• search hit 1419 of 1507
Back to Result List

Saving the injured: Rescue behavior in the termite-hunting ant Megaponera analis

Please always quote using this URN: urn:nbn:de:bvb:20-opus-157933
  • Predators of highly defensive prey likely develop cost-reducing adaptations. The ant Megaponera analis is a specialized termite predator, solely raiding termites of the subfamily Macrotermitinae (in this study, mostly colonies of Pseudocanthotermes sp.) at their foraging sites. The evolutionary arms race between termites and ants led to various defensive mechanisms in termites (for example, a caste specialized in fighting predators). Because M. analis incurs high injury/mortality risks when preying on termites, some risk-mitigating adaptationsPredators of highly defensive prey likely develop cost-reducing adaptations. The ant Megaponera analis is a specialized termite predator, solely raiding termites of the subfamily Macrotermitinae (in this study, mostly colonies of Pseudocanthotermes sp.) at their foraging sites. The evolutionary arms race between termites and ants led to various defensive mechanisms in termites (for example, a caste specialized in fighting predators). Because M. analis incurs high injury/mortality risks when preying on termites, some risk-mitigating adaptations seem likely to have evolved. We show that a unique rescue behavior in M. analis, consisting of injured nestmates being carried back to the nest, reduces combat mortality. After a fight, injured ants are carried back by their nestmates; these ants have usually lost an extremity or have termites clinging to them and are able to recover within the nest. Injured ants that are forced experimentally to return without help, die in 32% of the cases. Behavioral experiments show that two compounds, dimethyl disulfide and dimethyl trisulfide, present in the mandibular gland reservoirs, trigger the rescue behavior. A model accounting for this rescue behavior identifies the drivers favoring its evolution and estimates that rescuing enables maintenance of a 28.7% larger colony size. Our results are the first to explore experimentally the adaptive value of this form of rescue behavior focused on injured nestmates in social insects and help us to identify evolutionary drivers responsible for this type of behavior to evolve in animals.show moreshow less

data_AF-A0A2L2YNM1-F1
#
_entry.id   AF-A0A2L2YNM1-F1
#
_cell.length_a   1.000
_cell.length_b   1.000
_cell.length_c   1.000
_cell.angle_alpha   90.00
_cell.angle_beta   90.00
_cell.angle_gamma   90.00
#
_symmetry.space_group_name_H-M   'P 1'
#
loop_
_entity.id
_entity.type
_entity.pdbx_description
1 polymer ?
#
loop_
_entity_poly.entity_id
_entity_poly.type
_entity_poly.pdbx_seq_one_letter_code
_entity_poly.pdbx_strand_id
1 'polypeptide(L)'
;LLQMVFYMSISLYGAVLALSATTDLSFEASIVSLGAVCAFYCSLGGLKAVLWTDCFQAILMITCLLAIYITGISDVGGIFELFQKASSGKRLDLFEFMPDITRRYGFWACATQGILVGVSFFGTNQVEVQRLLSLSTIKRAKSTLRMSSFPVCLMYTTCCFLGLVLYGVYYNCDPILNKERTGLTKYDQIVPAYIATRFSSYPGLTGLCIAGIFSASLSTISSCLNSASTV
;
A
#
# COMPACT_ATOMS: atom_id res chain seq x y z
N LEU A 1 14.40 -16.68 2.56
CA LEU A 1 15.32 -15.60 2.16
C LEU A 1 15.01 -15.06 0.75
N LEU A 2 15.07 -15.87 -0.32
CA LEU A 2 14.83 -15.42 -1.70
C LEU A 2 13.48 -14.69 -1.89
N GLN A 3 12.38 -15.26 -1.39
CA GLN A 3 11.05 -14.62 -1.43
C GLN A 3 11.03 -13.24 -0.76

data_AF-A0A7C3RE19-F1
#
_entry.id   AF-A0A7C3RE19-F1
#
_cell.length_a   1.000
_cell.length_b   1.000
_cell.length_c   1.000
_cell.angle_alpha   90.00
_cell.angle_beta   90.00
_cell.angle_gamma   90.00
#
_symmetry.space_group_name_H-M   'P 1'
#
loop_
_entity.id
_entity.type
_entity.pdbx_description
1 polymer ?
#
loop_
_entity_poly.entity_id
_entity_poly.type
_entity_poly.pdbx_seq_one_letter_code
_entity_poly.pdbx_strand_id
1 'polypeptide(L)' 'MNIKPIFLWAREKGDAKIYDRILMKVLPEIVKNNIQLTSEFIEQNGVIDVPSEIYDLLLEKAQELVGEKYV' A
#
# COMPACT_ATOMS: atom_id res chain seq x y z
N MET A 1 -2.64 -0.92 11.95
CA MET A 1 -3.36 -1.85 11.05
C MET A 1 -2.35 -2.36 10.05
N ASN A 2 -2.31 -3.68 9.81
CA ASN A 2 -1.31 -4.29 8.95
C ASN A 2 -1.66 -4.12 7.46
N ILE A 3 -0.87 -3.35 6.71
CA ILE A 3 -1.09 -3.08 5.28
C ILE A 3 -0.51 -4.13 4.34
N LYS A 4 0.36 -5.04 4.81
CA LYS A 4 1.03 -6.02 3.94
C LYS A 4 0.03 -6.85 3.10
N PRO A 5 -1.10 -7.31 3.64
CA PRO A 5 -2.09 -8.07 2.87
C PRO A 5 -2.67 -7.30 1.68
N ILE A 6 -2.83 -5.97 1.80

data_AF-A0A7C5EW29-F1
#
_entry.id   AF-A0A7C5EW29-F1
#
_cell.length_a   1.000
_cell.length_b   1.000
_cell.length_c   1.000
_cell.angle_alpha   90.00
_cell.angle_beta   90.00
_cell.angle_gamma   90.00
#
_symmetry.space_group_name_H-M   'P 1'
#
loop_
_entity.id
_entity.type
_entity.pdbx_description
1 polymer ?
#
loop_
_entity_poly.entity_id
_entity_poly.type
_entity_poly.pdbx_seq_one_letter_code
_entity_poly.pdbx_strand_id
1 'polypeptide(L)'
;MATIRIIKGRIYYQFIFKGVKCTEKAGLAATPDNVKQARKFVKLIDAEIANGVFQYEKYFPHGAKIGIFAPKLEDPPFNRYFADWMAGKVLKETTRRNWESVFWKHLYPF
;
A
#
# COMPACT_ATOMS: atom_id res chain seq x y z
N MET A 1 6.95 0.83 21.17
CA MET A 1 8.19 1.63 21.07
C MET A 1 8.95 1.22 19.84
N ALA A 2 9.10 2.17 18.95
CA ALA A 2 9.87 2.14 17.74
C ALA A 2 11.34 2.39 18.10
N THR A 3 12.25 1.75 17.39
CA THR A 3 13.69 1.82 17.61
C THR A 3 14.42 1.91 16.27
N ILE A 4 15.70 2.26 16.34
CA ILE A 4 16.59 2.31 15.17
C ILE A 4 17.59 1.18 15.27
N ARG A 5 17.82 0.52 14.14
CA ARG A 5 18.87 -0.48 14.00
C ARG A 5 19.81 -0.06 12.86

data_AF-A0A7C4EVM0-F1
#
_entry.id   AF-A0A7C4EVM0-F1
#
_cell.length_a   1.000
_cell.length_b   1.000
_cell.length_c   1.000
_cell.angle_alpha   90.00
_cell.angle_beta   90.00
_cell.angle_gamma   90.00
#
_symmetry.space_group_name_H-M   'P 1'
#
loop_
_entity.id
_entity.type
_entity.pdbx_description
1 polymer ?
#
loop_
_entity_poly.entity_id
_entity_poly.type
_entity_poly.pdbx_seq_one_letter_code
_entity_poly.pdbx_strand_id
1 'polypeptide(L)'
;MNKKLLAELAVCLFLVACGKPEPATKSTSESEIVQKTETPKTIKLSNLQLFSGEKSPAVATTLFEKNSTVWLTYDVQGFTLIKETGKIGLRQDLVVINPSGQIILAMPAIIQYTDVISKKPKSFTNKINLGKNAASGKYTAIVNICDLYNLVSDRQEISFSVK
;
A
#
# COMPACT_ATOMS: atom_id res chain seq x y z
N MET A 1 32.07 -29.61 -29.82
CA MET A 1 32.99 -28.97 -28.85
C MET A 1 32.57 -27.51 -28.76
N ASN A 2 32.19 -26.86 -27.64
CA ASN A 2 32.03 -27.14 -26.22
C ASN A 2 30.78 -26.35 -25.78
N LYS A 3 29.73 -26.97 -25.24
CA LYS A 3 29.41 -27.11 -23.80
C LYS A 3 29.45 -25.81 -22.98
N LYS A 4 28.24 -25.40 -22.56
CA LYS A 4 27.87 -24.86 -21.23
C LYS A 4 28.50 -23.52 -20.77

Download full text files

Export metadata

Additional Services

Share in Twitter Search Google Scholar Statistics
Metadaten
Author: Erik Thomas Frank, Thomas Schmitt, Thomas Hovestadt, Oliver Mitesser, Jonas Stiegler, Karl Eduard Linsenmair
URN:urn:nbn:de:bvb:20-opus-157933
Document Type:Journal article
Faculties:Fakultät für Biologie / Theodor-Boveri-Institut für Biowissenschaften
Language:English
Parent Title (English):Science Advances
Year of Completion:2017
Volume:3
Issue:4
Pagenumber:e1602187
Source:Science Advances 2017;3(4):e1602187. DOI: DOI: 10.1126/sciadv.1602187
DOI:https://doi.org/10.1126/sciadv.1602187
Dewey Decimal Classification:5 Naturwissenschaften und Mathematik / 59 Tiere (Zoologie) / 595 Arthropoden (Gliederfüßer)
Tag:Megaponera analis; rescue behavior
Release Date:2018/02/26
Collections:Open-Access-Publikationsfonds / Förderzeitraum 2017
Licence (German):License LogoCC BY: Creative-Commons-Lizenz: Namensnennung 4.0 International